Recumbent Trike
Part 3: Assembling the Body of the Trike


 

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It's All Coming Together

I had a piece of 3/4 inch plywood (birch veneer on two sides) that I planned to use for the body (frame) of the trike.  I put the two components (front end and the completed rear end) on the plywood, and marked it for cutting.  Here's how it looked:

There were four areas to cut away, marked with an X.  I made sure that the plywood would always be under a piece of the frame.  Thus where the front part of the trike meets the plywood, the lines for cutting are outside the frame pieces, as the center part gets kept.  See the cut plywood in the third view below:

   

Assembly

Assembly was done using 5/8 inch bolts (of appropriate lengths), washers, lock washers, and nuts.  In addition, I used a piece of angle iron (see pictures below) that I cut to appropriate lengths to serve as big washers and under-trike supports. 

Mounting the front end of the trike:  (Note the piece of perforated angle iron that goes down the centerline of the trike on the bottom of the plywood.)

 

Also note on the left picture, above, the aluminum pipe that connects to the two rear triangles is attached with bolts (three of them, but you only see the center one).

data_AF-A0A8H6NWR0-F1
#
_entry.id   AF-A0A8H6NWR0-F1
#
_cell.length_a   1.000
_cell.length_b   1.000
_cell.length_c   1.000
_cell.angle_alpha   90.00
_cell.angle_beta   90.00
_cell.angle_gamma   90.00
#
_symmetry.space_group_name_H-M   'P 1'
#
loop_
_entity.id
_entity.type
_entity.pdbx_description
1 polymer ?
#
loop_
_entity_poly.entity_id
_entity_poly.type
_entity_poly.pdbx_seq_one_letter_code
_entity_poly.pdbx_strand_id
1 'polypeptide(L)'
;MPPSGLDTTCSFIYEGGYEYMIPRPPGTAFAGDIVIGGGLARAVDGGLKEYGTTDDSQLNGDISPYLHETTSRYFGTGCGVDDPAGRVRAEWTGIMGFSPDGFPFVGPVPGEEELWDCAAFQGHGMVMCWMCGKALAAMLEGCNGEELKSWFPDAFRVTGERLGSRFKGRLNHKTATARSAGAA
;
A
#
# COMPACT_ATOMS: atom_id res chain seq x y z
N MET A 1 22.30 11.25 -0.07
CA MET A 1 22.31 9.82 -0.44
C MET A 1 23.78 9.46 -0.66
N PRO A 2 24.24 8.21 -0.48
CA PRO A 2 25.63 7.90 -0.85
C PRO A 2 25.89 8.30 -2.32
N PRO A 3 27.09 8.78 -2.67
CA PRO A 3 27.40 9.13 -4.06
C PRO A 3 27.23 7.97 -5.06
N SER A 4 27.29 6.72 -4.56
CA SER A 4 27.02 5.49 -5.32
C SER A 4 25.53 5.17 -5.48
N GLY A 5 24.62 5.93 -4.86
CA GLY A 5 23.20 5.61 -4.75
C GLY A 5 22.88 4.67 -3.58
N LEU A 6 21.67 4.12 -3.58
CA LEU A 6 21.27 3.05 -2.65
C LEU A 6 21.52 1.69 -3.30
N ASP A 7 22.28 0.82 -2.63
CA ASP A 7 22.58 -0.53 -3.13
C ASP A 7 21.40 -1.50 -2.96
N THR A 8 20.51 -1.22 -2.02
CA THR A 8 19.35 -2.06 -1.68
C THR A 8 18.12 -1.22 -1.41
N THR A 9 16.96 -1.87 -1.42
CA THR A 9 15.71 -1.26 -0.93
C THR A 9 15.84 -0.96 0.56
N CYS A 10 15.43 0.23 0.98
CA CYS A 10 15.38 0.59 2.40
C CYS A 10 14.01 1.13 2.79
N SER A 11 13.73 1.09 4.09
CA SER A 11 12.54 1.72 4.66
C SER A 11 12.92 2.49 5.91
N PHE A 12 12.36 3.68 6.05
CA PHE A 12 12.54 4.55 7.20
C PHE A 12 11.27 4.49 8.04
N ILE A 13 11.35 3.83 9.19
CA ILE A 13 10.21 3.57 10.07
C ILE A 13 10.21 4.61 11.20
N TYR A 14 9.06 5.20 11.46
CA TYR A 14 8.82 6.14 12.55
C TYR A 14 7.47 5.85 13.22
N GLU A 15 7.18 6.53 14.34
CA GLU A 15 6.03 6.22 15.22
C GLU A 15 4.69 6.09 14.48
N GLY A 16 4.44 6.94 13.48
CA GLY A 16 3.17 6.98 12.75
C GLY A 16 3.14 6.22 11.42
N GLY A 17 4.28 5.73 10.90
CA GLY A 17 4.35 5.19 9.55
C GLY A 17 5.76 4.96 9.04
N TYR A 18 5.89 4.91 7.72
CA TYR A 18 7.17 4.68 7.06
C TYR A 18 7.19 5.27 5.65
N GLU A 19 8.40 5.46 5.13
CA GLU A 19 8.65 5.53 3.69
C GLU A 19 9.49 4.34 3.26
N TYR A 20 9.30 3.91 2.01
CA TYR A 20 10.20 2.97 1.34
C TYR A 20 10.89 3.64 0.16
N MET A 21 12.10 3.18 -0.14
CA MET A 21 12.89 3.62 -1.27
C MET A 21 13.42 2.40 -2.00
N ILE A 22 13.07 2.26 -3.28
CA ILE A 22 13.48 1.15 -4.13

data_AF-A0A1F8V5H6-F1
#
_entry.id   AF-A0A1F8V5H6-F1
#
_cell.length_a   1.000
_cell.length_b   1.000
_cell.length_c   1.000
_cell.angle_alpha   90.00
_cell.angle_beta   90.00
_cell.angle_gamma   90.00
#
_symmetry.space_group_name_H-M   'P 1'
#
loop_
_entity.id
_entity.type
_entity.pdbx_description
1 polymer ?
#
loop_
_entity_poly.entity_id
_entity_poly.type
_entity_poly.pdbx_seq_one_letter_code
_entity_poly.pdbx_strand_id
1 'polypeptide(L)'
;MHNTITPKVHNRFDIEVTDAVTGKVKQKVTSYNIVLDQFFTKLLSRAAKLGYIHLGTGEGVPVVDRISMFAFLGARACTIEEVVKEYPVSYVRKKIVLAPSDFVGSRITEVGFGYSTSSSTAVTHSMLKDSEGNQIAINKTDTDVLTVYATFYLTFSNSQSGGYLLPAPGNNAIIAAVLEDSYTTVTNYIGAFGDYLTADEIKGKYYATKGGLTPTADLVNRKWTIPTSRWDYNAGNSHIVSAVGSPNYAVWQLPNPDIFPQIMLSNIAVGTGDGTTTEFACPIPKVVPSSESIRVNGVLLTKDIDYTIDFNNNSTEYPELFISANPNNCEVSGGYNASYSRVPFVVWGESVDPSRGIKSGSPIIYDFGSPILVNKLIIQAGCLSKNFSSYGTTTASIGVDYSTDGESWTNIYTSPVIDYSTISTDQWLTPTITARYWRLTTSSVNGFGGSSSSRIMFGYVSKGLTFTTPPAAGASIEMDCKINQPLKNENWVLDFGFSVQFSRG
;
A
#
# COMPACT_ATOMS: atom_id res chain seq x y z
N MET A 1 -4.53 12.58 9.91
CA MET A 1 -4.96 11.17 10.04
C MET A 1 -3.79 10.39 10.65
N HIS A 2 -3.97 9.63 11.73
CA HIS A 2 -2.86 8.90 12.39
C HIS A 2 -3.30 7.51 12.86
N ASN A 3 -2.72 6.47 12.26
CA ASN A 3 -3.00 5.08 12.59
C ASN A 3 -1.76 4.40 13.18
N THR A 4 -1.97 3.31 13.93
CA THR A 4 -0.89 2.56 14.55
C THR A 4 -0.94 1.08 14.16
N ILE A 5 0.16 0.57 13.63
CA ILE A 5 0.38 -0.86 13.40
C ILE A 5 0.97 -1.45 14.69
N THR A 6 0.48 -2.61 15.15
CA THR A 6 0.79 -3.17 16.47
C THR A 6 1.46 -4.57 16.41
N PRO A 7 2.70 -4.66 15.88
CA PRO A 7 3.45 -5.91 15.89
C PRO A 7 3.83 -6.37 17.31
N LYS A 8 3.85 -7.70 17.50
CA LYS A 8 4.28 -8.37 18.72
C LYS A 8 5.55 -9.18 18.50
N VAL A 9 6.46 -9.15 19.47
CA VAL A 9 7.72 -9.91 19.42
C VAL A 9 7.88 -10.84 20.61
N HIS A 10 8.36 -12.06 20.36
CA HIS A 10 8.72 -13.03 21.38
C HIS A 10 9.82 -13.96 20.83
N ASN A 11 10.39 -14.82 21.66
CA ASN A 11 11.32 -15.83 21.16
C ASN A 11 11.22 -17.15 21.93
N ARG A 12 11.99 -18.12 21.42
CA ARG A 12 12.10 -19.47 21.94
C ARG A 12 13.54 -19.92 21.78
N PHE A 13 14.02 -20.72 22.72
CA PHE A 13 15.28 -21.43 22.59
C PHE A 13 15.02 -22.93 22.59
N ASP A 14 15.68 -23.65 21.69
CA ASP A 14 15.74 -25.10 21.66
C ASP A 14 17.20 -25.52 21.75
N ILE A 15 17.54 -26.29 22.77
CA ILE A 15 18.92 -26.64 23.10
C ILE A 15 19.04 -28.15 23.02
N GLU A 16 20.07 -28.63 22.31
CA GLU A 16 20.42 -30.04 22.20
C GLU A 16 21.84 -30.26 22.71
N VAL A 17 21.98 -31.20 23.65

Attaching the right rear triangle.  I didn't use the original kickstand brackets as I did not feel they were strong enough.  I did have to grind down the lip that sticks below the kickstand bracket so the rear triangles would sit flush on the plywood.   Right picture, below, is an underside view:

  

And Here's How it Looks

 

  

 

"Ride"

I haven't ridden it yet, as it has no brakes, steering, or drive mechanism.  However sitting in it (no seat yet) indicates that the design is strong enough (we'll see) and has a bit of spring due to flexibility of the wood.

Notes

I've not gone into great detail regarding construction, as you have to be flexible in working with the materials that you have at hand.  For example, the blue rear triangle is longer and wider than the red one, even though both bikes are of the same make (Raleigh).  You have to be creative.

Other than the head tube rework that I describe next (steering), I did not do any overhaul on the bike components.  I realize that it would be best to re-grease the rear axels (one is even bent) while the wheels are off, but to do that during the building would require me to learn new tasks, that I (hoped) I didn't need at the time.   I wanted to get a working trike, and would do the upgrades (and beautifying) later.

Coming Up

Seat, brakes, drive, safety stuff.  Grinding of lots of sharp corners.  Stay tuned.

Continue on to Steering.